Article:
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Jennifer Pacenza

Jennifer Pacenza

Jennifer Pacenza came from Texas to Bloomington to pursue a Ph.D. in Renaissance literature and drama at Indiana University. After arriving, she fell in love with the wealth of performance talent and venues she found here. Bloomington inspired her to create and author Bravo, Bloomington!, a blog dedicated to local performance. When not immersed in the world of theater and performance, Jennifer enjoys reading comic books, painting miniatures, and playing fantasy RPGs with her husband and son.

Posts by this contributor 15 results

Behind the Curtain: New Film on ‘Life and Slimes’ of Gameshow Host Marc Summers

Marc Summers, host of the gameshow Double Dare, is back in town for the screening of the documentary On Your Marc at IU Cinema. Writer Jennifer Pacenza talked to Summers and BPP’s Chad Rabinovitz about “Summers’s deeply personal story” and the 2016 BPP play, Everything In Its Place, during which much of the documentary was filmed. Click here to read the full story.

Honoring the Body with Body-Positive Fitness

While many people use exercise regimens hoping to achieve impossibly thin, sculpted bodies promoted by “diet culture,” few people are physically or even genetically capable of achieving such results, says writer Jennifer Pacenza. Experts she talks to say a body-positive fitness model is more important for achieving physical and mental well-being. Click here to read the full story.

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Behind the Curtain: Jewish Theatre of Bloomington’s ‘Church & State’

Politics, like theater, relies on the relationship between the stage and the audience, writes LP columnist Jennifer Pacenza in her Behind the Curtain preview of Church & State. The latest production of Jewish Theatre of Bloomington puts this relationship center stage in a “funny and heartrending play with a powerful message about God, guns, and politics.” Click here to read the full story.

Behind the Curtain: ‘Nice Nails,’ A Play That Cuts to the Quick

Social issues are rarely black and white, as revealed in Nice Nails, a play by Aaron Ricciardi, presented by IU’s theatre department. LP columnist Jennifer Pacenza looks Behind the Curtain at the circumstances in which a Korean family, a South African immigrant, and a trans man are entangled in labor-law violations in Long Island nail salons. Click here to read the full story.

Behind the Curtain: Maya and Hoosiers Share Culture Through Opera

Mary Grogan, creator and director of ÓperaMaya, is introducing Bloomington to the Maya culture — and introducing opera to the Maya in Mexico. ÓperaMaya tours, festival-like, all over the Yucatan Peninsula, where few have experienced the art form. Writer Jennifer Pacenza talks to Grogan about what this means for Bloomington and the Maya. Click here to read the full story.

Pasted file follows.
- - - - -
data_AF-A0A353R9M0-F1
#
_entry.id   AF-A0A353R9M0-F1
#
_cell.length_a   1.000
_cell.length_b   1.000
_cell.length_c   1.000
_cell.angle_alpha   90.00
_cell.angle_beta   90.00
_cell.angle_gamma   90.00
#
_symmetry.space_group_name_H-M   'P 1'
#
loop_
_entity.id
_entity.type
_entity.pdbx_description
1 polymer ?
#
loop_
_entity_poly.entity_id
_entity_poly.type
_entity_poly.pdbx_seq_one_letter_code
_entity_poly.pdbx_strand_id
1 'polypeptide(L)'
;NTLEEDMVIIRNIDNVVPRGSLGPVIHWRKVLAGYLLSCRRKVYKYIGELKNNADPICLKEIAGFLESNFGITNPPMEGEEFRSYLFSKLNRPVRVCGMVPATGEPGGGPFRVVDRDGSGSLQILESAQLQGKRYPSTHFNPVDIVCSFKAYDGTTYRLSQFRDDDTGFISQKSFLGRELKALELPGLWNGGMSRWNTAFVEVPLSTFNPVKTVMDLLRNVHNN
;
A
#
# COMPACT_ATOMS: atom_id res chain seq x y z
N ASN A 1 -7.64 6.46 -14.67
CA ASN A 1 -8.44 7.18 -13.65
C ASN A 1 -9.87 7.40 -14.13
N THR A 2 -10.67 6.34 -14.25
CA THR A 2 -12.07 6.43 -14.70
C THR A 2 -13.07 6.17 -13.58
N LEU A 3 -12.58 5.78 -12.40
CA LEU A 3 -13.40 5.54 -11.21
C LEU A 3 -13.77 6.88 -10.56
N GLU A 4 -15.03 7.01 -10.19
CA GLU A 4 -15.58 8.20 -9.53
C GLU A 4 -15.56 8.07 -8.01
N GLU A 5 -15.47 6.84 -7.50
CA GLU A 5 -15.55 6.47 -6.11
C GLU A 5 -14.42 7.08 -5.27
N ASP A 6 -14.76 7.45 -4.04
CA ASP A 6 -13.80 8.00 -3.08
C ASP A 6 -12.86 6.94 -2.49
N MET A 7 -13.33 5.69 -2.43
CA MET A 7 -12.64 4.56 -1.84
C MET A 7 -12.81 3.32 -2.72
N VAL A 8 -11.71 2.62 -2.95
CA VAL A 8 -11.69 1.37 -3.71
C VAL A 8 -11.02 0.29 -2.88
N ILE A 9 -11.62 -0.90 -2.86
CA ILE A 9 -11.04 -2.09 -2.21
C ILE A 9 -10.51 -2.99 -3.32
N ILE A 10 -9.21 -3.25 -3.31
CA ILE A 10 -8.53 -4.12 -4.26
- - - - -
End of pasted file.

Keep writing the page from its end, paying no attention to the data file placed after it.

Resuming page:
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A New Year’s Resolution: Living Body Positive

“Body positivity” is a philosophy, a movement, and, perhaps most of all, a commitment to how one looks at their body. Looking ahead to 2018, writer Jennifer Pacenza considered past resolutions, which ultimately made her feel worse about herself. But with the help of others in Bloomington, she has resolved to be more body positive. Click here to read the full story.

Behind the Curtain: Friends Play Female ‘Odd Couple’ in New MCCT Production

Longtime friends Sarah Mae Ruggles and Emily Bedwell have acted in the Monroe County Civic Theater for years, and now they play opposites in Neil Simon’s The Odd Couple (Female Version). Jen Pacenza looks Behind the Curtain at Olive and Florence in this hilarious performance playing at The Waldron this weekend. Click here to read the full story.

Behind the Curtain: Va-Va-Va-Vaudeville

It’s a juggernaut! It’s a celebration of Bloomington’s amazing talent! It’s an extravagant array of performers — jugglers, dancers, comedians, aerial acrobats, burlesque performers, musicians, and even clever canines! It’s Va-Va-Va-Vaudeville! Jennifer Pacenza takes you Behind the Curtain of this variety show playing this weekend at the Buskirk-Chumley Theater. Click here to read the full story.

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Behind the Curtain: ‘As Bad As They’ [a play]

Bella Bravo’s play As Bad As They explores the darkness of opioid addiction and the impulse of nonaddicts, especially loved ones, to exert a new form of control over the addict. And it’s a comedy. In her column, Behind the Curtain, Jennifer Pacenza calls this timely play “local theater as a form of activism.” Click here to read the full story.

Behind the Curtain: The Joy of Summer Theater

Attending summer theater allows us to truly enjoy the moment, says Jennifer Pacenza in her Limestone Post column, Behind the Curtain. And local theater lovers have many shows to choose from in the next few months. In this preview of the IU Summer Theatre season, Jennifer says the lineup promises some “lasting summer memories.” Click here to read the full story.

Voces Novae Celebrates 20 Years of ‘Adventurous’ Choral Music

Voces Novae has been performing for 20 years, but unlike other chamber choirs, its vision of choral music, says writer Jen Pacenza, is an adventurous experience for audiences and musicians alike. On Saturday, Voces Novae celebrates its 20th anniversary with a thematic tour, called “The Art and Science of Happiness,” at 5 p.m. at Unitarian Universalist Church. Click here to read the full story.

Behind the Curtain: ‘My Children! My Africa!’

New York Newsday describes Athol Fugard’s play My Children! My Africa! as “One of the theatre’s most affecting dissections of social upheaval.” Art of Africa, a new Bloomington theater company, brings the powerful play, directed by Murray McGibbon, to the John Waldron Arts Center. Jen Pacenza gives her preview in Behind the Curtain. Click here to read the full story.